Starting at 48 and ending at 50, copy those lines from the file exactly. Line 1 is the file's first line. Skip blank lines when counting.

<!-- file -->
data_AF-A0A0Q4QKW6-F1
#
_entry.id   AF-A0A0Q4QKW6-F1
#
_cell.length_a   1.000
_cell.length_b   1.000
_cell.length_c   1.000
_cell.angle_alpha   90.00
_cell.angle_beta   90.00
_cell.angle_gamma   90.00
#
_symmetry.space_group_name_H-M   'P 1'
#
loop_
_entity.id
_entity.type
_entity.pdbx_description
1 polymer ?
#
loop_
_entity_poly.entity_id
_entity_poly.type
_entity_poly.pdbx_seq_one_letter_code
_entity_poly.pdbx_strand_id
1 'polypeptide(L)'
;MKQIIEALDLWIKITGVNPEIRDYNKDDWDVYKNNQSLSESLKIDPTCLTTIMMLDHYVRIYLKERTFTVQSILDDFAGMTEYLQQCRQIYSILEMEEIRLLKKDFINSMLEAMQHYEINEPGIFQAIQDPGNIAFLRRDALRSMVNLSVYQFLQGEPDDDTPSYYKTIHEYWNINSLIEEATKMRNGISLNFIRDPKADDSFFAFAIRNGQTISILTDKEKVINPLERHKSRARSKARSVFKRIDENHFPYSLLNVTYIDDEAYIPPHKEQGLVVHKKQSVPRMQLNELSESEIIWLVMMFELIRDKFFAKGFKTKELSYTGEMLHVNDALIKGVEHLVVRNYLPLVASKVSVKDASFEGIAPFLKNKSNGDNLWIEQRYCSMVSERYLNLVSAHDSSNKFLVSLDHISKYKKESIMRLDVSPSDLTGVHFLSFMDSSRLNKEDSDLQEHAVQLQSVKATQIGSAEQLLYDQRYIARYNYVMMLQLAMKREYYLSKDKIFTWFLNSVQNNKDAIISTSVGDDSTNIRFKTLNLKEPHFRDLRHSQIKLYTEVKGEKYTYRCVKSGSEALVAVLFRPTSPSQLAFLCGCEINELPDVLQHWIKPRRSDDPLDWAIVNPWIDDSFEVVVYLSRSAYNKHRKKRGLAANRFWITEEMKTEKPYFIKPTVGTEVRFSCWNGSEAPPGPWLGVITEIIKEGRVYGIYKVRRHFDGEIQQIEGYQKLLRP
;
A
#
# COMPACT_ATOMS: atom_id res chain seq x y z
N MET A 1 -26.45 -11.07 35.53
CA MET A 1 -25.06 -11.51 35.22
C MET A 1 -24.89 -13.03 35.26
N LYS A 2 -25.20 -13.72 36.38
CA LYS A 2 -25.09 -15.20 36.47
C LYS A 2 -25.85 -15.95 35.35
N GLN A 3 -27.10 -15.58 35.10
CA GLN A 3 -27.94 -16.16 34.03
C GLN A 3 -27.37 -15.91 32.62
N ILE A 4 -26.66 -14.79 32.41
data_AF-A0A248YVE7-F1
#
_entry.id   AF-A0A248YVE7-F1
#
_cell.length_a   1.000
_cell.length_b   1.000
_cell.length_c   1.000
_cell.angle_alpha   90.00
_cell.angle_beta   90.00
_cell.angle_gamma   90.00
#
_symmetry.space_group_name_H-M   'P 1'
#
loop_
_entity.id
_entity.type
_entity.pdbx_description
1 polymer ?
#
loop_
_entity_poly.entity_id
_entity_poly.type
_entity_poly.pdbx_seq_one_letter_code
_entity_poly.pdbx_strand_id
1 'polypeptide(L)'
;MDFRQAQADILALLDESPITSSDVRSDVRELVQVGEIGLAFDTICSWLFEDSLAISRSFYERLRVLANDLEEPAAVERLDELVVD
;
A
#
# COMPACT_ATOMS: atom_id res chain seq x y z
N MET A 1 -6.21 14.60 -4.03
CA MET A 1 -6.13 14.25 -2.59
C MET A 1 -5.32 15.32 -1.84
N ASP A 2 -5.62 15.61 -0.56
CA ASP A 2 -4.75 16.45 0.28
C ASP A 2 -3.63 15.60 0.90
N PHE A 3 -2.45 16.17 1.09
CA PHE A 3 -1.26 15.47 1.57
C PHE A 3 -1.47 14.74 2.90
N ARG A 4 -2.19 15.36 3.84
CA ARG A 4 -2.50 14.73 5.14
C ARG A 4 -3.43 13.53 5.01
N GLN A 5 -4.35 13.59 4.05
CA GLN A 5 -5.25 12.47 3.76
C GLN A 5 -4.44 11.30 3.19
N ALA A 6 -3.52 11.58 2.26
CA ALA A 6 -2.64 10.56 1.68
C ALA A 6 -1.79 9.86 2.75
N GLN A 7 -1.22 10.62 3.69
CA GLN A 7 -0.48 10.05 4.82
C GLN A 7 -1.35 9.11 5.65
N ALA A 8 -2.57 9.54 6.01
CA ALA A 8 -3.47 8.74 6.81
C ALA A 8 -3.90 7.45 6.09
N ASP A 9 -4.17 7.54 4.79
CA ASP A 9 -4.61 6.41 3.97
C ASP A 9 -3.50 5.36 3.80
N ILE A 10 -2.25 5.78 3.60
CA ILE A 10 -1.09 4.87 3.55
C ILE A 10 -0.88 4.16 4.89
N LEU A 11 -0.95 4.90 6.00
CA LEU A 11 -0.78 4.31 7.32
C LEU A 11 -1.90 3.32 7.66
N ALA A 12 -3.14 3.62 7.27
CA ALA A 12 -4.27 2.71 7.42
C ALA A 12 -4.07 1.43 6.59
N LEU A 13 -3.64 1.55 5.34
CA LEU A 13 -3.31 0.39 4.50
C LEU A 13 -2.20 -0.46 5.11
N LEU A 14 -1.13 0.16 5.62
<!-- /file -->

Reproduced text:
_cell.angle_alpha   90.00
_cell.angle_beta   90.00
_cell.angle_gamma   90.00